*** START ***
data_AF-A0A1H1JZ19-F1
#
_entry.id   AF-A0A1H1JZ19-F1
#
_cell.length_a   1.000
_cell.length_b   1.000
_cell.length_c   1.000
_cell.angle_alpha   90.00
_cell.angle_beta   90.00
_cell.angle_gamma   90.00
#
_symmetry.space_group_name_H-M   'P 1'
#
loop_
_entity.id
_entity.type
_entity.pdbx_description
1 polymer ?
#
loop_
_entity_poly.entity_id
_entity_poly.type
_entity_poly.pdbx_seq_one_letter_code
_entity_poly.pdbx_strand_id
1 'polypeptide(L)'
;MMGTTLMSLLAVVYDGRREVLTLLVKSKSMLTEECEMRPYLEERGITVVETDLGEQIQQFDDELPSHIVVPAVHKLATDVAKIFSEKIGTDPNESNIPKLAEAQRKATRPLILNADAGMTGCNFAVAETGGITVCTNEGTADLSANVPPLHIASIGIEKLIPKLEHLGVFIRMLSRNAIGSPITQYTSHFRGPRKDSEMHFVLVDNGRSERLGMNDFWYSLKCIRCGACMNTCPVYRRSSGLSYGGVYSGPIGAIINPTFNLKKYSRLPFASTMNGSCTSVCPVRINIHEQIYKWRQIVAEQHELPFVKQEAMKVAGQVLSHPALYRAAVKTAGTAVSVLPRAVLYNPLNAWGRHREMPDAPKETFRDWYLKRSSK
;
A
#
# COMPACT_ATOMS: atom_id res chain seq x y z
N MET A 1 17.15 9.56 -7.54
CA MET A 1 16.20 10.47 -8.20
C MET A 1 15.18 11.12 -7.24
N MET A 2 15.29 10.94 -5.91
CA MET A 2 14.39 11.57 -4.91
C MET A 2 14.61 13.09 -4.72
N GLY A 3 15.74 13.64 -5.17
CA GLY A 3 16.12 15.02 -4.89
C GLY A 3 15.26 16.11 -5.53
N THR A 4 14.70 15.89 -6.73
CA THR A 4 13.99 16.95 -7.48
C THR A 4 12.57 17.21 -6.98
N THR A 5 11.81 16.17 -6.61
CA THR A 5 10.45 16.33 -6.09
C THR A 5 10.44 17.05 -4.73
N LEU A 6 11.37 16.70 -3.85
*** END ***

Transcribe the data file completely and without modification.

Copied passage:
data_AF-A0A1H1JZ19-F1
#
_entry.id   AF-A0A1H1JZ19-F1
#
_cell.length_a   1.000
_cell.length_b   1.000
_cell.length_c   1.000
_cell.angle_alpha   90.00
_cell.angle_beta   90.00
_cell.angle_gamma   90.00
#
_symmetry.space_group_name_H-M   'P 1'
#
loop_
_entity.id
_entity.type
_entity.pdbx_description
1 polymer ?
#
loop_
_entity_poly.entity_id
_entity_poly.type
_entity_poly.pdbx_seq_one_letter_code
_entity_poly.pdbx_strand_id
1 'polypeptide(L)'
;MMGTTLMSLLAVVYDGRREVLTLLVKSKSMLTEECEMRPYLEERGITVVETDLGEQIQQFDDELPSHIVVPAVHKLATDVAKIFSEKIGTDPNESNIPKLAEAQRKATRPLILNADAGMTGCNFAVAETGGITVCTNEGTADLSANVPPLHIASIGIEKLIPKLEHLGVFIRMLSRNAIGSPITQYTSHFRGPRKDSEMHFVLVDNGRSERLGMNDFWYSLKCIRCGACMNTCPVYRRSSGLSYGGVYSGPIGAIINPTFNLKKYSRLPFASTMNGSCTSVCPVRINIHEQIYKWRQIVAEQHELPFVKQEAMKVAGQVLSHPALYRAAVKTAGTAVSVLPRAVLYNPLNAWGRHREMPDAPKETFRDWYLKRSSK
;
A
#
# COMPACT_ATOMS: atom_id res chain seq x y z
N MET A 1 17.15 9.56 -7.54
CA MET A 1 16.20 10.47 -8.20
C MET A 1 15.18 11.12 -7.24
N MET A 2 15.29 10.94 -5.91
CA MET A 2 14.39 11.57 -4.91
C MET A 2 14.61 13.09 -4.72
N GLY A 3 15.74 13.64 -5.17
CA GLY A 3 16.12 15.02 -4.89
C GLY A 3 15.26 16.11 -5.53
N THR A 4 14.70 15.89 -6.73
CA THR A 4 13.99 16.95 -7.48
C THR A 4 12.57 17.21 -6.98
N THR A 5 11.81 16.17 -6.61
CA THR A 5 10.45 16.33 -6.09
C THR A 5 10.44 17.05 -4.73
N LEU A 6 11.37 16.70 -3.85